The Brunswick Music Festival is a perfectly timed extravaganza, falling right after Port Fairy Folk Festival, and allowing the opportunity to nab all the great musos in town already. It also allows people like me, who don’t quite manage the trek to Port Fairy, to experience the raging folk scene from the comfort of good old Brunswick.
I have a Scottish friend with very good taste in music who told me I simply had to see his favourite band, Shooglenifty. I’m very into blind trust, so next thing I knew we were nicely seated in the Town Hall waiting for the first band to begin.
Manran (who now sit firmly on my Spotify playlist) won me over instantly with a song about my favourite piece of Scottish history – the stone of destiny. All relatively young, the boys had great chemistry and banter, miming deadly bow and arrow fights and all. My favourite part of Manran was not just their reels (which were amazing and had us all wildly spinning each other around) but their vocals. Vocalist Ewan Henderson wound his voice around beautiful Gaelic lyrics that we tried to force said Scottish friend to translate while simultaneously coming up with our own potential lyrics.
I have never before seen two folk bands so fantastic that they cause a spontaneous mosh pit at an all-seated gig. Honestly, the organisers should have known better, cos it wasn’t long til the only thing any person left sitting could see was the backs of lots of people doing some great awkward swaying.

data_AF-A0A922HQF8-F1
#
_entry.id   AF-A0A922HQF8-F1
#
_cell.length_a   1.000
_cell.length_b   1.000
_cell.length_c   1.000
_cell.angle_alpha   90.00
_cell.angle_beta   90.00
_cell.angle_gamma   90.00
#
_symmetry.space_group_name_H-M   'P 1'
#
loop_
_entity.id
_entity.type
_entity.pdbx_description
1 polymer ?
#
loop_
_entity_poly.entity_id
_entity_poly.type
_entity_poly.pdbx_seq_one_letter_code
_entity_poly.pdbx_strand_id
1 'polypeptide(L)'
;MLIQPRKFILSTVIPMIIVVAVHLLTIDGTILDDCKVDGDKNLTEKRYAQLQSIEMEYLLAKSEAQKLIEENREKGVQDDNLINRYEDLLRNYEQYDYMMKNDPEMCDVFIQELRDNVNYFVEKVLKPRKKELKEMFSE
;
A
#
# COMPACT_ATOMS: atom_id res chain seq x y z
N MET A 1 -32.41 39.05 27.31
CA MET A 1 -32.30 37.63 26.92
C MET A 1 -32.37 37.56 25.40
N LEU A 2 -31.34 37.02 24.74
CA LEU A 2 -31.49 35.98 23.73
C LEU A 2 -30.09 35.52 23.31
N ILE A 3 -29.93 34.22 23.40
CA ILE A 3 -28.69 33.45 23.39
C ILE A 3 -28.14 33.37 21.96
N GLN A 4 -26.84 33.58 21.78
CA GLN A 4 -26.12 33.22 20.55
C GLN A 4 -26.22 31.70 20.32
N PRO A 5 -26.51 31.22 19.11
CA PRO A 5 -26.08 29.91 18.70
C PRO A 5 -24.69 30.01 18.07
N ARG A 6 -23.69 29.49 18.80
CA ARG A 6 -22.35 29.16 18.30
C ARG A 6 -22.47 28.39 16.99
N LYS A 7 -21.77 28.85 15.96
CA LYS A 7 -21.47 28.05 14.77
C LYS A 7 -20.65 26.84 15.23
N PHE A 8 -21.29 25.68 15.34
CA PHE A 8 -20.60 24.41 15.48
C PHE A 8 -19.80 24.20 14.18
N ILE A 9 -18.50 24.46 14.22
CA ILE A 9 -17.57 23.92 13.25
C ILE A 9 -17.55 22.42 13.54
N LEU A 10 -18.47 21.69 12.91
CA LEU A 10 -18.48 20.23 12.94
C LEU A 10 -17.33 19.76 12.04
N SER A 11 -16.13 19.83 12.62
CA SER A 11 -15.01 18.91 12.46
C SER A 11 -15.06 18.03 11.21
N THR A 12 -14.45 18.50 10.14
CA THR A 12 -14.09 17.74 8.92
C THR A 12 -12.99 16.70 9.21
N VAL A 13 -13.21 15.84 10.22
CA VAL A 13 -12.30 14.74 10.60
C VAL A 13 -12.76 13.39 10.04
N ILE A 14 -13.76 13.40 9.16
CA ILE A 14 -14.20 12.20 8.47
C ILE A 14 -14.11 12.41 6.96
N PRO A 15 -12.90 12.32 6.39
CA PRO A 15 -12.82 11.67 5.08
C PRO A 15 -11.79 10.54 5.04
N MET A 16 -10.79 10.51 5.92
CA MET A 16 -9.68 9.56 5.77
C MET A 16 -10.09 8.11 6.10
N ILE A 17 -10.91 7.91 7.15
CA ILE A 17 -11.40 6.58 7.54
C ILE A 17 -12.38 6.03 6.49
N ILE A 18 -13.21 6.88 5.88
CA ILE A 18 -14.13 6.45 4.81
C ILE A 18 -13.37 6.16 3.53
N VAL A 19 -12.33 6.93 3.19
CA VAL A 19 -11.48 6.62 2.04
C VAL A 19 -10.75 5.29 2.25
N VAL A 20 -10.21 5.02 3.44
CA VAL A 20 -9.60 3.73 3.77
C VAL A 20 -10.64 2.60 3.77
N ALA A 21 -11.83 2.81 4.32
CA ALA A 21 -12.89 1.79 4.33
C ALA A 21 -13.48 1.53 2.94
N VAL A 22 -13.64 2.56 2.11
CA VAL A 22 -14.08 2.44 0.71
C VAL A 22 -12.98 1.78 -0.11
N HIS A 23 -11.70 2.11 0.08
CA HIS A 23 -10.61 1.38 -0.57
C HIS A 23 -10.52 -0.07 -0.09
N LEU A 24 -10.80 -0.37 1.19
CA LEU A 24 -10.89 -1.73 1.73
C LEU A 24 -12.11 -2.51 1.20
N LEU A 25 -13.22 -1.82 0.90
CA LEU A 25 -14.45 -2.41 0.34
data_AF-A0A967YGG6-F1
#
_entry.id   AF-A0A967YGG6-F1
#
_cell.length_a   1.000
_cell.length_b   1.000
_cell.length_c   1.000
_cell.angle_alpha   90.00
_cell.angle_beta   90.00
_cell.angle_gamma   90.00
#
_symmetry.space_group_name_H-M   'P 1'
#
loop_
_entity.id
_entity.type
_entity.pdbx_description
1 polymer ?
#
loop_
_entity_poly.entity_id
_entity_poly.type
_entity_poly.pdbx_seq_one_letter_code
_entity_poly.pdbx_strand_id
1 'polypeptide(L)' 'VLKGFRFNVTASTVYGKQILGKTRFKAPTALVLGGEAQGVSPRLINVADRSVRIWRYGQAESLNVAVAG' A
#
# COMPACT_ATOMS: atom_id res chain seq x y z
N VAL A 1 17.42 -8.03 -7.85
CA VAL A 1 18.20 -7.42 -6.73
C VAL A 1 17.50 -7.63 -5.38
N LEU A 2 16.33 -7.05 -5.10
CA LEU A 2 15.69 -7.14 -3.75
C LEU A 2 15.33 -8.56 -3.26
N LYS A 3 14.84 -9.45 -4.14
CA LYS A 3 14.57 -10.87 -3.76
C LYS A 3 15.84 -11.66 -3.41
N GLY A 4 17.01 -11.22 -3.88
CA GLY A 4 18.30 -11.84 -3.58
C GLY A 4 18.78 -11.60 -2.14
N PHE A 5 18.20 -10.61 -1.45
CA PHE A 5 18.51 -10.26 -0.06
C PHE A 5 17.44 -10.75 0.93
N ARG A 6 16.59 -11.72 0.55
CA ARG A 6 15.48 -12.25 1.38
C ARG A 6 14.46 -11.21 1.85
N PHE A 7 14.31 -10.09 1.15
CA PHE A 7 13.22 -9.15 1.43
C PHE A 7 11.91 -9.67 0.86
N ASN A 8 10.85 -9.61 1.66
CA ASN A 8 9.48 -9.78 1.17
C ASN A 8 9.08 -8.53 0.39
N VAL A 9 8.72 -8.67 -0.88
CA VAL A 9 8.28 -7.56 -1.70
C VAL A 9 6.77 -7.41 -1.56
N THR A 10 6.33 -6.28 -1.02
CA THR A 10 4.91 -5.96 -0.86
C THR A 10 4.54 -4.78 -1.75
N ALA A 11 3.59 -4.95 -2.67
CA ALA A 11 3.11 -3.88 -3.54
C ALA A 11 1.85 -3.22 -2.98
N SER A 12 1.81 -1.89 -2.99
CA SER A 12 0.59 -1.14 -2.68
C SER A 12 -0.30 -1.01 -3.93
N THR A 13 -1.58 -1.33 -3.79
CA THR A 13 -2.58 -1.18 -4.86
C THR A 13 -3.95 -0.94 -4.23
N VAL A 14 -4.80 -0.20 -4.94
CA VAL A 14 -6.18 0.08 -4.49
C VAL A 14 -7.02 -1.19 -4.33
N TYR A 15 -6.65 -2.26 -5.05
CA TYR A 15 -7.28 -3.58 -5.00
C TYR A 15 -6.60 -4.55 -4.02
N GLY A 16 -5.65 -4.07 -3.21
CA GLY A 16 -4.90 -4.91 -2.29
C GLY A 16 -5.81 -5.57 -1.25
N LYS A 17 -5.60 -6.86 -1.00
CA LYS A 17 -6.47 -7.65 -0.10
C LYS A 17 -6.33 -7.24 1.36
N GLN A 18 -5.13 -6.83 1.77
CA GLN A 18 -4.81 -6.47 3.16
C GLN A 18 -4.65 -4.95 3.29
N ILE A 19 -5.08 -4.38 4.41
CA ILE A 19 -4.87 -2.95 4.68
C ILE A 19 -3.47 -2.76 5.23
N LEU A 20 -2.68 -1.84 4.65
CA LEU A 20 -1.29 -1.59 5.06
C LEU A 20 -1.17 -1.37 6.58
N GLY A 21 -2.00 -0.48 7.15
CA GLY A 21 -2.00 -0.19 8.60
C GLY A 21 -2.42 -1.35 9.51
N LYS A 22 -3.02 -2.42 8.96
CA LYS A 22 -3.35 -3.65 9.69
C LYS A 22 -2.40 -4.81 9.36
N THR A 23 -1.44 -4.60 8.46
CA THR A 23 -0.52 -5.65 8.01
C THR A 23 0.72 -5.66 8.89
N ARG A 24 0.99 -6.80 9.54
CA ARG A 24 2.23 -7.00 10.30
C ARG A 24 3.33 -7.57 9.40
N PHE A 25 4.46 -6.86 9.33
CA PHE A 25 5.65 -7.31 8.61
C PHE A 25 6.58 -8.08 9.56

By the time Shooglenifty came out, my friends and I were waiting directly at the stage, ready to dance the rest of the night away. Shooglenifty are definitely a glimpse into the future for Manran, the band playing like old pros that know each other intimately well after many years are wont to do. Melbourne’s own mandolin legend Luke Plumb seemed to slot in like a perfect puzzle piece, his playing fitting in perfectly alongside the violin genius of Angus R. Grant.
Shooglenifty have clearly developed their own style, with less hectic high powered reels and more hypnotic layered journeys with an amount of Indian influence, especially in a few songs collaborated on in past travels. Shooglenifty welcomed the angel-voiced light-footed Kaela Rowan on stage with them when in need of vocals. She also sung in Gaelic, with a beautiful range and effortlessness, at times slipping to the rear of the stage to bust out some amazing Highland dancing that we tried to mimic and horribly failed at.
By the time the encore rolled around, we were an entire audience of super sweaty, happy, thoroughly danced-out folk lovers with zero energy left, but we reached deep within and danced those last three songs like there was no tomorrow.
Jasmin Ashton is a PR whiz and freelance writer/designer from Melbourne who has a lot of feelings about pretty much everything. Find her at @Jasmanna.